The Anatomy Of A Panic Attack

Are there places you can’t go in case you have a panic attack? Are there things you can’t do for fear of panic?

A few Alexander Technique lessons will help most people to let go of panic attacks.

I had a girlfriend who could not go to courts or hospitals for fear of a panic attack.

“If you’d free your neck and think up, you wouldn’t have a panic attack,” I said to her.

My advice did not go over well. She just got mad at me.

It’s always easier to get mad at others rather than to take responsibility for your own situation.

So what happens when you have a panic attack?

The first thing that you notice will be a flooding sensation of fear, but you won’t get this without certain physiological responses to a stimulus.

If your neck is free and you have upward direction through your torso, in other words, if you are buoyant, you won’t be disabled by fear. To truly experience fear, you have to tighten and to compress your neck and to pull down and in on yourself. As you tighten up and compress, shoving your anxiety into your gut where the bile will likely flow up in reaction to your clenching, you’ll be flooded by fear and other unpleasant symptoms such as a racing heart.

With your neck and torso tight and your shoulders hunched, your lungs will have less room to expand and breath will become more difficult.

By contrast, if you refuse to tighten and to compress your neck, and instead expand into activity, your torso lengthening and widening and your face free of compression and your limbs loose, you’ll be tranquil. You won’t be a drama queen. You won’t need to demand that everybody pay attention to you and submit to your emotional and physiological blackmail.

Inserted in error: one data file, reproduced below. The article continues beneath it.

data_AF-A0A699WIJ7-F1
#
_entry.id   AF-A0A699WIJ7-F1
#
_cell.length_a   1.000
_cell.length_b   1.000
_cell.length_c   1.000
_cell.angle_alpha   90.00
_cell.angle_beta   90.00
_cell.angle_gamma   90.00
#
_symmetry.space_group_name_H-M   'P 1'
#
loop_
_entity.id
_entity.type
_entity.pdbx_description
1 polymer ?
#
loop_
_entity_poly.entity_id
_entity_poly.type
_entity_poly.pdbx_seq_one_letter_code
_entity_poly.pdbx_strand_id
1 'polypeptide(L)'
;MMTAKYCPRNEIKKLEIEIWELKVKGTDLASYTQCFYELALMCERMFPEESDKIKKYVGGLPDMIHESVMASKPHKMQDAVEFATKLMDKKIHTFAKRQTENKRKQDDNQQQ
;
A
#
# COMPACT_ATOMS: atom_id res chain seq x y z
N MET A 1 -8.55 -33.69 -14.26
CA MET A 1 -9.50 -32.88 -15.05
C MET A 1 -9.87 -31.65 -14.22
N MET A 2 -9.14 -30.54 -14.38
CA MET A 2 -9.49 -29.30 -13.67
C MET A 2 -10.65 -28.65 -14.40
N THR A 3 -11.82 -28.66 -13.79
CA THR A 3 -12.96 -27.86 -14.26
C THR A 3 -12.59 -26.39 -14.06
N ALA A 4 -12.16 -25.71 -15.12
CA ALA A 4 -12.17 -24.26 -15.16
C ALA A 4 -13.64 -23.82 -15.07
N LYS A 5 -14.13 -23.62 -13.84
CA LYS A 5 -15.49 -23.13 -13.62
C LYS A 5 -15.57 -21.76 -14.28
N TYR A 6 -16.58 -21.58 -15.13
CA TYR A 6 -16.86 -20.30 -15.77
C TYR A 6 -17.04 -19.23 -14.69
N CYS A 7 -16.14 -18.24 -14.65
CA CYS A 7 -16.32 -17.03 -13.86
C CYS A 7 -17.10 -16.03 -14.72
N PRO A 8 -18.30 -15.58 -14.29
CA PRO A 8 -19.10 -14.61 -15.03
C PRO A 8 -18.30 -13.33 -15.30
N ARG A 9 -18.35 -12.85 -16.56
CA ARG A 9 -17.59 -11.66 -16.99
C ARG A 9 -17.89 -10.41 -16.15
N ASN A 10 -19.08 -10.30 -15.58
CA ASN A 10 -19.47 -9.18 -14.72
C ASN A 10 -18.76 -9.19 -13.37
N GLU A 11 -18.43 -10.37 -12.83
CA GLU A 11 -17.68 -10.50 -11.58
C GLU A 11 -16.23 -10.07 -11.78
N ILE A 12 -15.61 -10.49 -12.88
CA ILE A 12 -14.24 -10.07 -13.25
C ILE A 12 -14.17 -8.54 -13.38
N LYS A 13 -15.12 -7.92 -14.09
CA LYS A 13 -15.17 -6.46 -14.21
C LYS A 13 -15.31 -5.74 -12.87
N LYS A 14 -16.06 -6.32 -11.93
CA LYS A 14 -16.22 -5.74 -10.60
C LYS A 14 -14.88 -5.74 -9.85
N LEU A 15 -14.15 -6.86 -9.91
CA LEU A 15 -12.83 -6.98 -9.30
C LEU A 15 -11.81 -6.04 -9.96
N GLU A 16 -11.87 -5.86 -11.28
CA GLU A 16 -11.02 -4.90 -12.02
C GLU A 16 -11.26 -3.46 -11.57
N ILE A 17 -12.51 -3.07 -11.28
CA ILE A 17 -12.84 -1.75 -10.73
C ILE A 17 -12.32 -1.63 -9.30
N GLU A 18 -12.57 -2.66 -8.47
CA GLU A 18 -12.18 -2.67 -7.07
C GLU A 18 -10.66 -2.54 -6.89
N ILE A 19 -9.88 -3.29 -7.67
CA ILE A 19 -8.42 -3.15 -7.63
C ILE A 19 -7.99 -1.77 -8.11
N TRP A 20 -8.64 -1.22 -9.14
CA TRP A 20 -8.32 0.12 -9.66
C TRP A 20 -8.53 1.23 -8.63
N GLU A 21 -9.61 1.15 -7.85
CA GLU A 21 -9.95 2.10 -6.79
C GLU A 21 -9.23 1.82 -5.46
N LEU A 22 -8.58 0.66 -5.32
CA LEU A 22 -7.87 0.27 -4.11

Wikipedia says: “First, there is frequently (but not always) the sudden onset of fear with little provoking stimulus. This leads to a release of adrenaline (epinephrine) which brings about the so-called fight-or-flight response wherein the person’s body prepares for strenuous physical activity. This leads to an increased heart rate (tachycardia), rapid breathing (hyperventilation) which may be perceived as shortness of breath (dyspnea), and sweating (which increases grip and aids heat loss). Because strenuous activity rarely ensues, the hyperventilation leads to a drop in carbon dioxide levels in the lungs and then in the blood. This leads to shifts in blood pH (respiratory alkalosis or hypocapnia), which in turn can lead to many other symptoms, such as tingling or numbness, dizziness, burning and lightheadedness. Moreover, the release of adrenaline during a panic attack causes vasoconstriction resulting in slightly less blood flow to the head which causes dizziness and lightheadedness.”

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